Introduction: Cheap Solar Garden Light Hack
I purchased several of these little solar garden lights from Walmart for 97 cents each. From past experience I know that if you can get these to function for more than a month, consider yourself very lucky. The light output is very weak, and the rechargeable batteries they put in these are the cheapest they could find. They figure if they only charge 97 cents, it's easier to just buy more replacements than it is to complain about it.
For this Instructable, you will need:
Instead of buying more replacements, or complaining, I decided to go a 3rd route and make them function better by replacing two of the components that make them so cheap. I replaced the sad little white LED with a brighter (and yellow) LED to get some decent light output, and I replaced the cheap battery with a better quality rechargeable Ni-Cad so they would last much longer.
Step 1: What's Inside...
The clear plastic lens separates easily from the main black housing by twisting them apart. The housing will come apart into two pieces when you remove the two screws. Inside you will find the cheap battery, in this case a 2/3 AA. The link above is where I found my rechargeable Ni-Cads for about $11 for a pack of 4. The circuit board is (or should be) held in place by a bit of silicone adhesive. Pry this loose with a flat screwdriver and the circuit board should come out easily. Remove any excess bits of adhesive.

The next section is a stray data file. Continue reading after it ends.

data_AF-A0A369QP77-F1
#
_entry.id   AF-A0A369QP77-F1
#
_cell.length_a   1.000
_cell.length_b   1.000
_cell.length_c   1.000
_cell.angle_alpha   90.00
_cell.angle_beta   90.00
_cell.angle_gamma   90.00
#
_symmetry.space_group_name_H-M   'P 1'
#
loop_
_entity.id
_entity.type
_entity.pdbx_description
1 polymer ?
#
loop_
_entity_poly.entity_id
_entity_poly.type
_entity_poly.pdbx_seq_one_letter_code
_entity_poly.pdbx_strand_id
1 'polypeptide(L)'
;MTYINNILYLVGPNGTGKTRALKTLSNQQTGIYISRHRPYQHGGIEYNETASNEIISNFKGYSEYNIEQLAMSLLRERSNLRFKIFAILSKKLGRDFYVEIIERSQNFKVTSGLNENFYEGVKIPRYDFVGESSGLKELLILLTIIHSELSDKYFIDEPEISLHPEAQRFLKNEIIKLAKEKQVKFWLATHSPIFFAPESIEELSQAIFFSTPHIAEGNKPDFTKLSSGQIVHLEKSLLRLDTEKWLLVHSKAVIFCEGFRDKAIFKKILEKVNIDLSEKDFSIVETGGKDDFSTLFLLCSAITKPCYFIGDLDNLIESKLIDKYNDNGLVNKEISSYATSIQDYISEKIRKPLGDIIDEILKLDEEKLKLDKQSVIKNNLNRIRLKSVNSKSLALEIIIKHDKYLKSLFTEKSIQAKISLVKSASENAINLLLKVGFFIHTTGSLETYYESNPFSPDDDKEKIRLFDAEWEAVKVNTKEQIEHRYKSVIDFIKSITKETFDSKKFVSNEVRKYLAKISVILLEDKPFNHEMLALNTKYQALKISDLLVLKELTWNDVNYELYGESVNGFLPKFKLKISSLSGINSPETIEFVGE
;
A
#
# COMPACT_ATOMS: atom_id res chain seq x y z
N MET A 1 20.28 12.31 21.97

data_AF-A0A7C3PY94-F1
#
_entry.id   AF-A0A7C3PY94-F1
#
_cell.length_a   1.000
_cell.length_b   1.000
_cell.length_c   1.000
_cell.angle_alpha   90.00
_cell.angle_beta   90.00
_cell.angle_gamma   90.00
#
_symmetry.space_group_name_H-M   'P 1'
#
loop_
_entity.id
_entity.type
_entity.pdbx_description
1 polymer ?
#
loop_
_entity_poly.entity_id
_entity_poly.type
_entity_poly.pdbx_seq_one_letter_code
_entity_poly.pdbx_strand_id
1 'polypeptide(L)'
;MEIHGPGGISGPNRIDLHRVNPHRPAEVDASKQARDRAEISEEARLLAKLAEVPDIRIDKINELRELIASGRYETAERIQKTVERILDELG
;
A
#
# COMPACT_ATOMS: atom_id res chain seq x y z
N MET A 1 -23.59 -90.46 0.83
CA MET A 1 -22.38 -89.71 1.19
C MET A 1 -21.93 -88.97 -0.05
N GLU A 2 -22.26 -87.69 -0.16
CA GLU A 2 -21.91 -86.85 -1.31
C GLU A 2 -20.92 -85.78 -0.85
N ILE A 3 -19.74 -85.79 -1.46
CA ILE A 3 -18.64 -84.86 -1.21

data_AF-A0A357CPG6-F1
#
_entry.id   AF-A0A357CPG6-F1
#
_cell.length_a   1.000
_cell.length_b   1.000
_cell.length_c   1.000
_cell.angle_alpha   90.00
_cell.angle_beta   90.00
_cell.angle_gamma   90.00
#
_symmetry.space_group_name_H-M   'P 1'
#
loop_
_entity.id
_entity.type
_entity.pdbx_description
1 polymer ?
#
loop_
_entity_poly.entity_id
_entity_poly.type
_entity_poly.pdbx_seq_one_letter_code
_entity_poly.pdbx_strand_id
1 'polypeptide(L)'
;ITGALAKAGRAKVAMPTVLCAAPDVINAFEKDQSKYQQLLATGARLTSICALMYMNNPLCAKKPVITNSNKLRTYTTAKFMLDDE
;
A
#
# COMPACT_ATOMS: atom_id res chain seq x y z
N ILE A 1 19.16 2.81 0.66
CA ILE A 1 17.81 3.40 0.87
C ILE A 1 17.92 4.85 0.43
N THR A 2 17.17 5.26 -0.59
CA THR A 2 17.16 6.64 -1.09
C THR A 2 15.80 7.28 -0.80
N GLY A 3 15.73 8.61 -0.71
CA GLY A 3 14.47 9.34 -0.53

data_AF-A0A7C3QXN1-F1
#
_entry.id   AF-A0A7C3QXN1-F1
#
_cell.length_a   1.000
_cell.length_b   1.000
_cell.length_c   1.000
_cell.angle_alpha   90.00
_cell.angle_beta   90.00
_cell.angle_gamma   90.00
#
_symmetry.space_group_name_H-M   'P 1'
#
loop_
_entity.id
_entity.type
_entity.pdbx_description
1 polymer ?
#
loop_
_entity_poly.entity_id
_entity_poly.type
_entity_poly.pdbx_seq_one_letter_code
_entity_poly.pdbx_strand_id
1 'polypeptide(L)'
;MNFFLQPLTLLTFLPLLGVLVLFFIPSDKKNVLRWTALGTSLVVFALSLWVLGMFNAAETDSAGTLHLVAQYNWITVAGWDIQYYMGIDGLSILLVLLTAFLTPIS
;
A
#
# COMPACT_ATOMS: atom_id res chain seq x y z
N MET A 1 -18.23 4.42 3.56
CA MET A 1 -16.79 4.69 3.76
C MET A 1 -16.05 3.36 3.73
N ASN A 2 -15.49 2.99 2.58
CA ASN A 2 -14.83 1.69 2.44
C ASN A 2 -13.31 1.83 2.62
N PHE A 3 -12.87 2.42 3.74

Step 2: Removing the LED
Get your fine tip soldering iron and some braided wick to remove the old LED. You can get by without the wick, but using the wick to remove excess solder makes this much easier. Some of these lamps have little sleeves covering the leads. Don't lose these. Not only do they prevent shorting, they also make a nice gauge to control how far the LED leads go into the circuit board.
Step 3: Adding the New LED
Once the old LED is out, insert the new LED (and sleeve on each lead) making sure to put the longer lead into the positive (+) side. If you reverse the polarity/leads, it won't work. Solder the leads in place and clip off any excess from the solder side of the board, then bend the LED 90 degrees so that it will fit into the housing, matching the one you replaced.
Step 4: Putting It Back Together
Slide the circuit board back into place so that the top of the LED goes into the hole in the center, and put a drop of glue or silicone on the board next to the housing to hold it in place. Put the two pieces of the housing together and replace the 2 screws.
This is my first instructable, and I hope you found it useful!